Carrot family? Yes indeed, the robust, flowering perennial plant fennel is a kin of the carrot. If you’ve tasted fennel in cuisine, however, you’ll consider it a very distant cousin, as they taste nothing alike. Drawn to coastal regions, fennel can be found thriving at a river’s edge and near the sea, but it also thrives along roadsides and throughout open fields. Some consider it a weed, yet to those who adore its evocative scent and supportive qualities, this label comes across as blasphemy.
Fennel seed is a remarkably versatile herb with an ancient history that today holds its own with herbal medicine practitioners. In the 10th century, when Old English called fennel finule, fennel seeds were one of nine plants included in a pagan healing remedy, Nine Herbs Charm, which was intended to treat poisoning and infections. The fennel seeds themselves are a rich source of many nutrients, including fiber, protein, magnesium, iron, and B vitamins. Well known as an ingredient in many cultures’ cuisine, including as an addition in Swiss sweets as well as in Italian sausages, fennel seeds, either raw or lightly toasted, are typically chewed after a meal in Indian households.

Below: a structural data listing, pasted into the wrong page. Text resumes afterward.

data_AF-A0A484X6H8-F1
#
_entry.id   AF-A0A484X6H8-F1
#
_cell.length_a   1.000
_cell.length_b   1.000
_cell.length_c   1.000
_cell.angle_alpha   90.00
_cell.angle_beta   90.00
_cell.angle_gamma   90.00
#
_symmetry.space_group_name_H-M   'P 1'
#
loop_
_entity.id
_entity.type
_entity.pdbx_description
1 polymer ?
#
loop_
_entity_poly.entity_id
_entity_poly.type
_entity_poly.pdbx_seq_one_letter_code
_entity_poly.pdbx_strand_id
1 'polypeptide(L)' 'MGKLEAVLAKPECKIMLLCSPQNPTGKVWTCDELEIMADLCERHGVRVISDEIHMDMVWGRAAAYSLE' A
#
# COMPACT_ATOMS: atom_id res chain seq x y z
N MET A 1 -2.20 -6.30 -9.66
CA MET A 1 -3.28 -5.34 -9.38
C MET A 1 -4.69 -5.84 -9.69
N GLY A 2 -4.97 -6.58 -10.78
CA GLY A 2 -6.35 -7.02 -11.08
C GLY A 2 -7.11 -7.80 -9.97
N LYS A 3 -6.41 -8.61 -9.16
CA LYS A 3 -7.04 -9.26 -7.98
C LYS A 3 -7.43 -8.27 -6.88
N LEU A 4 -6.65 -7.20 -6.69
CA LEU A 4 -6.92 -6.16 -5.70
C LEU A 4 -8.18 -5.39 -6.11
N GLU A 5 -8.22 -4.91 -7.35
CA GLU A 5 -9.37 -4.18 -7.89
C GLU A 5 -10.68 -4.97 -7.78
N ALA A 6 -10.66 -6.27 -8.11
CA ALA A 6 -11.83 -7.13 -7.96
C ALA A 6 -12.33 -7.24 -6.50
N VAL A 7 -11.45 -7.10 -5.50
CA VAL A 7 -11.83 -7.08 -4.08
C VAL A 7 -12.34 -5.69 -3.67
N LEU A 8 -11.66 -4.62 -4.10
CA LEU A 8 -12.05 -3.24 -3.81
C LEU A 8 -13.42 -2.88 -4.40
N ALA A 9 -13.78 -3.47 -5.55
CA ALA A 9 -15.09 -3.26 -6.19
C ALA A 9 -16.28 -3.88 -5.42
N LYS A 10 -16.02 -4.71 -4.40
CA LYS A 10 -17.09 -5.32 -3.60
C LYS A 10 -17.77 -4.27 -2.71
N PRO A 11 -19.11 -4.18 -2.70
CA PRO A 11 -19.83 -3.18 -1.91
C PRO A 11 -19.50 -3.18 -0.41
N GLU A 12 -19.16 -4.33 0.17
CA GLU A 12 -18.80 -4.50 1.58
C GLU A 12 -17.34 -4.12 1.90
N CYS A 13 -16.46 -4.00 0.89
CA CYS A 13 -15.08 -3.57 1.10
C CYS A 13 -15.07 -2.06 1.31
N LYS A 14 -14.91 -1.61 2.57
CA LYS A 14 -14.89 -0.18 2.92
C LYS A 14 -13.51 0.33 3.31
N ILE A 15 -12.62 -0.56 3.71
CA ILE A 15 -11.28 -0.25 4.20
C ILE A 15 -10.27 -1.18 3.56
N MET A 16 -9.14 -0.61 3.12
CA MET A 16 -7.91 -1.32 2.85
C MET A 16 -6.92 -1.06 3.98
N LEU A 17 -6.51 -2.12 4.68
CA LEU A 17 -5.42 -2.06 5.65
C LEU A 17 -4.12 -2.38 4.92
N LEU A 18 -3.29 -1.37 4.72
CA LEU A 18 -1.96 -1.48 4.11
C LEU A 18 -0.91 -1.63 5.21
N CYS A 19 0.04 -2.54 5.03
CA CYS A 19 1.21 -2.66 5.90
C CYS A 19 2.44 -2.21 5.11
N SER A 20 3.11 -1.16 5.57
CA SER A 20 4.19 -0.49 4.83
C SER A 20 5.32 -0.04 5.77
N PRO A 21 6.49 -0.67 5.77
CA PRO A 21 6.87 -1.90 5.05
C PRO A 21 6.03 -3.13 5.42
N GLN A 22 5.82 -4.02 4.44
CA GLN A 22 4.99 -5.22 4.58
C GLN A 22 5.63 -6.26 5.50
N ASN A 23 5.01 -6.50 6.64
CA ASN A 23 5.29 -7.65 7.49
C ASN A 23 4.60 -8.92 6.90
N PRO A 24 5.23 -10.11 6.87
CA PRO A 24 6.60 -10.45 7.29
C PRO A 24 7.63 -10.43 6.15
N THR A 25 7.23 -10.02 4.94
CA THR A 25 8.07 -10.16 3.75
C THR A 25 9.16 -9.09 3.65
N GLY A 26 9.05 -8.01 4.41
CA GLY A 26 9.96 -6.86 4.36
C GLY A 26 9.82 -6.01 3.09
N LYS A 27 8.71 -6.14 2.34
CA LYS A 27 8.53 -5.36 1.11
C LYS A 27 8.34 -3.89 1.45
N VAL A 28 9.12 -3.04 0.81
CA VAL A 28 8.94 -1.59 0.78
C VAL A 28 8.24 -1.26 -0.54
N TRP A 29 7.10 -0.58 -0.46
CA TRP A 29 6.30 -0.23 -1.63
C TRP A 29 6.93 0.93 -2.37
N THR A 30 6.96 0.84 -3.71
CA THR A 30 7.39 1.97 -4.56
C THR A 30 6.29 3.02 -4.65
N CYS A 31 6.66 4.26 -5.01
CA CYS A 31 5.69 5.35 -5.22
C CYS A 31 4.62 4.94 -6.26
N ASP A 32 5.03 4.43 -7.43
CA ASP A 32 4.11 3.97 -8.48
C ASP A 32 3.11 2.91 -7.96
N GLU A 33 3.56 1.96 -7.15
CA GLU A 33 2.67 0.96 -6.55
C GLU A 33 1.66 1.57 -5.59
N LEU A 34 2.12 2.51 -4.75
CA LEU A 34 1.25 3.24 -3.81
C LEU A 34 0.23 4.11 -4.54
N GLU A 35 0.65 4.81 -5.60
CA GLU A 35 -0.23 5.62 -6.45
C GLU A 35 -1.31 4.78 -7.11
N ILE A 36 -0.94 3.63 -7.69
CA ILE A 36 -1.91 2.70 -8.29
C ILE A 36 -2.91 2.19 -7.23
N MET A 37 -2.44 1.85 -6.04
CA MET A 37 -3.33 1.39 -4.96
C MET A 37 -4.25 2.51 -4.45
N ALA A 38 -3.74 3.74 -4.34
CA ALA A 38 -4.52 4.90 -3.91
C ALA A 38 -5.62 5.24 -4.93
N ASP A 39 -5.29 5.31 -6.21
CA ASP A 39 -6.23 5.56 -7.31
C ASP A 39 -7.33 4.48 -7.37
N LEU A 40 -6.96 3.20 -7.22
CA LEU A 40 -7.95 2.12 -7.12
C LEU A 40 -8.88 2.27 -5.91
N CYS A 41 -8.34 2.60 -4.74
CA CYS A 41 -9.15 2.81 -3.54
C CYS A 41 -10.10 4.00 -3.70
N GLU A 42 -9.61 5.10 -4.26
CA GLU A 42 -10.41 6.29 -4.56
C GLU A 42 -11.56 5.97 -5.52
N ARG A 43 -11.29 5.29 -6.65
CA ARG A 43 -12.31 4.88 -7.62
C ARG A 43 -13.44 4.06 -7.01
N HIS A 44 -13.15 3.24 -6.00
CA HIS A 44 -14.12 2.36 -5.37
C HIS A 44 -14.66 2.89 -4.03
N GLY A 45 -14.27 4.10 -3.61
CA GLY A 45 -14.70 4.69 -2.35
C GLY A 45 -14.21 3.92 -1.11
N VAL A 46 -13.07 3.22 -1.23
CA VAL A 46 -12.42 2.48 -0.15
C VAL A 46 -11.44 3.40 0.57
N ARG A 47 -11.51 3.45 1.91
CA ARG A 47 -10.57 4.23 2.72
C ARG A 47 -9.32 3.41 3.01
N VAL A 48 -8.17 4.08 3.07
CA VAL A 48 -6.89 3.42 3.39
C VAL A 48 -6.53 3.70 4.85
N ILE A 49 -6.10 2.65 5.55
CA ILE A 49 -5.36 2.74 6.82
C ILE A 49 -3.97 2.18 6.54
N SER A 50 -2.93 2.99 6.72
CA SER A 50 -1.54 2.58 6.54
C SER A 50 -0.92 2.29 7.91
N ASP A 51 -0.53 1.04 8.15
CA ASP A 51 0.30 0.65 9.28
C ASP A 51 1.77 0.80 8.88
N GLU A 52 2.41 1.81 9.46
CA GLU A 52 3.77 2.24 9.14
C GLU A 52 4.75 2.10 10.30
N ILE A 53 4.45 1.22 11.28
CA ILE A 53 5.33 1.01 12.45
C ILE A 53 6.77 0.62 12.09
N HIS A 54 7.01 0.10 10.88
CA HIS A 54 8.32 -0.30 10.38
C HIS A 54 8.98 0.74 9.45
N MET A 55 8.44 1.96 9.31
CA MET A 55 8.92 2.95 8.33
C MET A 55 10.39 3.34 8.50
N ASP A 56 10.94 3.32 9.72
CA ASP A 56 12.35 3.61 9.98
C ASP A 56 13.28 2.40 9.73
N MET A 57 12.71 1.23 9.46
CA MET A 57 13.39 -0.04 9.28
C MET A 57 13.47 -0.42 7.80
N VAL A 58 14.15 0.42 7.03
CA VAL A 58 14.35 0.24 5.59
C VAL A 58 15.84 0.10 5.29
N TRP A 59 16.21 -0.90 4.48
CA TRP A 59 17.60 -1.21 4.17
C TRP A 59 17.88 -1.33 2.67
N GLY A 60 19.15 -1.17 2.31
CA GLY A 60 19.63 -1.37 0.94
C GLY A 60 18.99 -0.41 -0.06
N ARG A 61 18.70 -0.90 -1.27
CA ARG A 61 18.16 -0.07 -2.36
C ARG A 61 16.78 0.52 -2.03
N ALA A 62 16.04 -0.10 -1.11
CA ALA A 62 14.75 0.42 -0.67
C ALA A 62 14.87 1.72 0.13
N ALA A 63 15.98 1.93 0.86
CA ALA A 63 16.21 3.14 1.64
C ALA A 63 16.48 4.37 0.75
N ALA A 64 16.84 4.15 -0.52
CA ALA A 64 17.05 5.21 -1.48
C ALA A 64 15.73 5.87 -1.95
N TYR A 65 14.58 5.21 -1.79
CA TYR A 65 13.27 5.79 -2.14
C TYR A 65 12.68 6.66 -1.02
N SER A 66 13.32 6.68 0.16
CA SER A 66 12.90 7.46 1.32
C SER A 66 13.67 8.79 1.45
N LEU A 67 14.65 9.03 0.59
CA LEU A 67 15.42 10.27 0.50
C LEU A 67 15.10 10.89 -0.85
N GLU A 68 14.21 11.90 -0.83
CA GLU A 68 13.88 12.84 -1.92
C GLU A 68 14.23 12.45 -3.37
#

Whether or not you’re familiar with the scent and taste of fennel, we can honestly say that our Fennel Seed Tea is a game-changer, for seasoned as well as neophyte herbal tea drinkers. What a surprise this tea provides for the taste buds. If you’ve enjoyed dishes cooked in, or sprinkled with fennel seeds, you’ll have some idea of the treat you’re in for, but not completely. Why is this? Because Buddha Teas Fennel Seed Tea brings forth in a smooth and earthy way the fullest flavors, without overpowering your experience. Intense yet also subtle, like the colors of Michelangelo’s Sistine Chapel ceiling, you can almost feel yourself in ancient Italy while enjoying this warm cup of tummy-balancing wonder.
Buddha Teas Fennel Seed Tea needs a good boil and nice long steep to extract its full flavor and optimum benefits. We like to cover our cups while steeping as well.